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Jun 25, 2015

U.S. lawmakers lay down ‘red lines’ on Iran nuclear deal

WASHINGTON, June 25 (Reuters) – As talks on an Iran nuclear
deal enter the final stretch, U.S. lawmakers are sharpening
warnings against a “weak” agreement and laying down red lines
that, if crossed, could prompt Congress to trip up a carefully
crafted international pact.

Several influential lawmakers said they do not want to see
any sanctions lifted before Tehran begins complying with a deal,
and want a tough verification regime, in which inspectors could
visit Iranian facilities anytime and anywhere.

Jun 25, 2015

U.S. lawmakers step up warnings against ‘weak’ Iran deal

WASHINGTON (Reuters) – As talks on an Iran nuclear deal enter the final stretch, U.S. lawmakers are sharpening warnings against a “weak” agreement and laying down red lines that, if crossed, could prompt Congress to trip up a carefully crafted international pact.

Several influential lawmakers said they do not want to see any sanctions lifted before Tehran begins complying with a deal, and want a tough verification regime in which inspectors could visit Iranian facilities anytime and anywhere.

Jun 18, 2015

Democrats block defense spending bill, amid budget fight

WASHINGTON (Reuters) – Democrats blocked the fiscal 2016 defense spending bill in the U.S. Senate on Thursday, part of a campaign to force Republicans to start budget negotiations by refusing to allow any appropriations measure to advance to a final vote.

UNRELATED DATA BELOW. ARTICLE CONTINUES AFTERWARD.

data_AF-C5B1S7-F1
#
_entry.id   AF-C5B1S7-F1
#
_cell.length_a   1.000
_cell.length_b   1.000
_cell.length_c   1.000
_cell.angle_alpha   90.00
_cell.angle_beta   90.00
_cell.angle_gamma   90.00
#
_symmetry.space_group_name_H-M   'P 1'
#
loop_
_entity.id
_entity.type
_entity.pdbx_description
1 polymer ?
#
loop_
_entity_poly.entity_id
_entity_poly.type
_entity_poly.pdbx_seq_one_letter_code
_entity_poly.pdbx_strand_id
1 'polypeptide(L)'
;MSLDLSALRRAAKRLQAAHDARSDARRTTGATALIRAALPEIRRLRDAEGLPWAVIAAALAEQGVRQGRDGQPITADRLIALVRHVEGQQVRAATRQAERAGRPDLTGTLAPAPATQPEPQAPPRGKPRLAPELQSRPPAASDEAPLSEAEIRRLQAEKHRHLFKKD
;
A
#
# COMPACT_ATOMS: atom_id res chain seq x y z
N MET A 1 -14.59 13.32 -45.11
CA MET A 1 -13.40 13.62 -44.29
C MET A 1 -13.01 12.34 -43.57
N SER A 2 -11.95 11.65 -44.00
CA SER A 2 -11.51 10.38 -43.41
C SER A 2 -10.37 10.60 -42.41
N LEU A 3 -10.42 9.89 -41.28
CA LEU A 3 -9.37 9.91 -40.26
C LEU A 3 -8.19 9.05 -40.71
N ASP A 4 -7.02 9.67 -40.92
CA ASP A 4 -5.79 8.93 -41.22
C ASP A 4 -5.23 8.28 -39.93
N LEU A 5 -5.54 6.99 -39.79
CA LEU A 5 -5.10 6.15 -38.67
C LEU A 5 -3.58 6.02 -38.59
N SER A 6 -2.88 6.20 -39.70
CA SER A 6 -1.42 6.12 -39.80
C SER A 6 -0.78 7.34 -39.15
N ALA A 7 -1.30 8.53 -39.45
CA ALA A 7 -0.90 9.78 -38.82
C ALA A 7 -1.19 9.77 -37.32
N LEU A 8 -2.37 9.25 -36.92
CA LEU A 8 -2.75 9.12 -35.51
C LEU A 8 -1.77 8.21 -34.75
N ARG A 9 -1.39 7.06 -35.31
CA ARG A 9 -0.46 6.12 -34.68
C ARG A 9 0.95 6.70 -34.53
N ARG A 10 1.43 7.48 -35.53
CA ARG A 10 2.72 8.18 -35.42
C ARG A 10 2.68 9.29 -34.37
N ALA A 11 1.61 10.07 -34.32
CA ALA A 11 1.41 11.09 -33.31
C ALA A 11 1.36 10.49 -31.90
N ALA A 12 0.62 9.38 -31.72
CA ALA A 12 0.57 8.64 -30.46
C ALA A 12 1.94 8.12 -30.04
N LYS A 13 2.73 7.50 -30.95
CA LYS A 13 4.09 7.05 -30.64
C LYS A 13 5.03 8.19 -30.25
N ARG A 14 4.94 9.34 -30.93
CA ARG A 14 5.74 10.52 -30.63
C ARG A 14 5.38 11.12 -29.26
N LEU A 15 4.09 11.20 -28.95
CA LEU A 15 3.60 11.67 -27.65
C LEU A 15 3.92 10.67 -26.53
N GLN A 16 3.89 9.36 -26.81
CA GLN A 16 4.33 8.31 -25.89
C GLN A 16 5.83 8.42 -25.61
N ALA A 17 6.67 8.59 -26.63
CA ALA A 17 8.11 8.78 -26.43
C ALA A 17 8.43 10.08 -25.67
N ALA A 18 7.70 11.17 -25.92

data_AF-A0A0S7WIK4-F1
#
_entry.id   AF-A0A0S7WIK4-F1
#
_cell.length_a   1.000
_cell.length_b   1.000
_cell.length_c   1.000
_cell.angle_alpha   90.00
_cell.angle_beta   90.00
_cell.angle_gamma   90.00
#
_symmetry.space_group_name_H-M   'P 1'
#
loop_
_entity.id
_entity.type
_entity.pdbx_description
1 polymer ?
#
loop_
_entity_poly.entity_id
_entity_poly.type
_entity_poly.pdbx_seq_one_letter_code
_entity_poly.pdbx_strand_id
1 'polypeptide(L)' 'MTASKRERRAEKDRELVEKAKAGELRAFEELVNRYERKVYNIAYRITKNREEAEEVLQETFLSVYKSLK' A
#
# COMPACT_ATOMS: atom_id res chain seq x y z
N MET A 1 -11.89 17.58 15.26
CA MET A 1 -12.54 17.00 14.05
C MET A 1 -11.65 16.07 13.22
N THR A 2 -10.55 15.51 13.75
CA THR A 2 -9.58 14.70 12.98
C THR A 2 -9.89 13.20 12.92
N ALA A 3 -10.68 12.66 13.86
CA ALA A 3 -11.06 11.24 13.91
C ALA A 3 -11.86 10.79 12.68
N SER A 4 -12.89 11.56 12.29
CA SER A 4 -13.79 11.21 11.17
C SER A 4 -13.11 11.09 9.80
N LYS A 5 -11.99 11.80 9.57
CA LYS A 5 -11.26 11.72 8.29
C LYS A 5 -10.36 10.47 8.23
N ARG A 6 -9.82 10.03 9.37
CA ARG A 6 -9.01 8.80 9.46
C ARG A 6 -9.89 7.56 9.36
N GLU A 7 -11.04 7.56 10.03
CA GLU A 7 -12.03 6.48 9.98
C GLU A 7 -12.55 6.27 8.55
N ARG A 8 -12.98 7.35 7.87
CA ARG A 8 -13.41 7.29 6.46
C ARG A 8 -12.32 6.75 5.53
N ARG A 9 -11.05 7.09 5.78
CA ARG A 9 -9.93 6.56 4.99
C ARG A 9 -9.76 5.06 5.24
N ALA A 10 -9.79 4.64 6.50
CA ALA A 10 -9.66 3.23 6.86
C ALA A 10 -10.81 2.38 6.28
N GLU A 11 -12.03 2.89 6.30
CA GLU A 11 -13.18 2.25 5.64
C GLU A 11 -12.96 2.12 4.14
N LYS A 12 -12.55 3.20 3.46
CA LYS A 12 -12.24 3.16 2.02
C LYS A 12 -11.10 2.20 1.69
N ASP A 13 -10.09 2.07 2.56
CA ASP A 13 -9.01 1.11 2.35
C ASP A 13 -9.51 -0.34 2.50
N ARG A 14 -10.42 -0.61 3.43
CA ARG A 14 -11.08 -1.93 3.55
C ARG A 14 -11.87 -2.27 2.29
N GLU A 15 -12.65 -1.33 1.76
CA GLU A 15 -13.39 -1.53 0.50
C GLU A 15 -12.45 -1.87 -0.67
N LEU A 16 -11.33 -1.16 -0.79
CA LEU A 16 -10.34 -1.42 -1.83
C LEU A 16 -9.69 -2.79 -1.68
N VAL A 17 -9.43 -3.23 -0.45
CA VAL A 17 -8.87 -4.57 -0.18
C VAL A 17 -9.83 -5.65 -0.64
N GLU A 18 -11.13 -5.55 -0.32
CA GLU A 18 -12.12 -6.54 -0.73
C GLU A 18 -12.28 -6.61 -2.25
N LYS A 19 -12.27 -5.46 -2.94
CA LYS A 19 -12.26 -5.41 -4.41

The 50-45 vote failed to achieve the 60 majority needed to advance to final passage, as every Democrat except Senator Joe Donnelly of Indiana voted not to go ahead with the bill.

Jun 18, 2015

U.S. Senate passes annual defense policy bill, veto threatened

WASHINGTON, June 18 (Reuters) – The U.S. Senate passed an
annual defense policy bill on Thursday that authorizes some $600
billion in defense spending for the 2016 fiscal year and starts
reforms that could help curb costs over the long run.

The vote was 71-25, with the “no’s” coming mostly from
Democrats and the “yes” votes mostly from Republicans, who hold
a majority of seats in the Senate.

Jun 17, 2015
via Tales from the Trail

Candidates vote to curb torture in interrogations

U.S. senators came out overwhelmingly against torture on Tuesday, in a vote that, if largely symbolic for now, marked a strong departure from the era of “enhanced interrogation techniques” under former Republican President George W. Bush.

The Senate voted 78-21 for an amendment to an annual defense policy bill that would codify an executive order Democratic President Barack Obama signed shortly after taking office in 2009. The measure’s main co-sponsors were Democratic Senator Dianne Feinstein, who spearheaded a years-long investigation into the CIA’s use of so-called “enhanced interrogation techniques” and Republican Senator John McCain, a former presidential nominee who was tortured in Vietnam as a prisoner of war.

Jun 16, 2015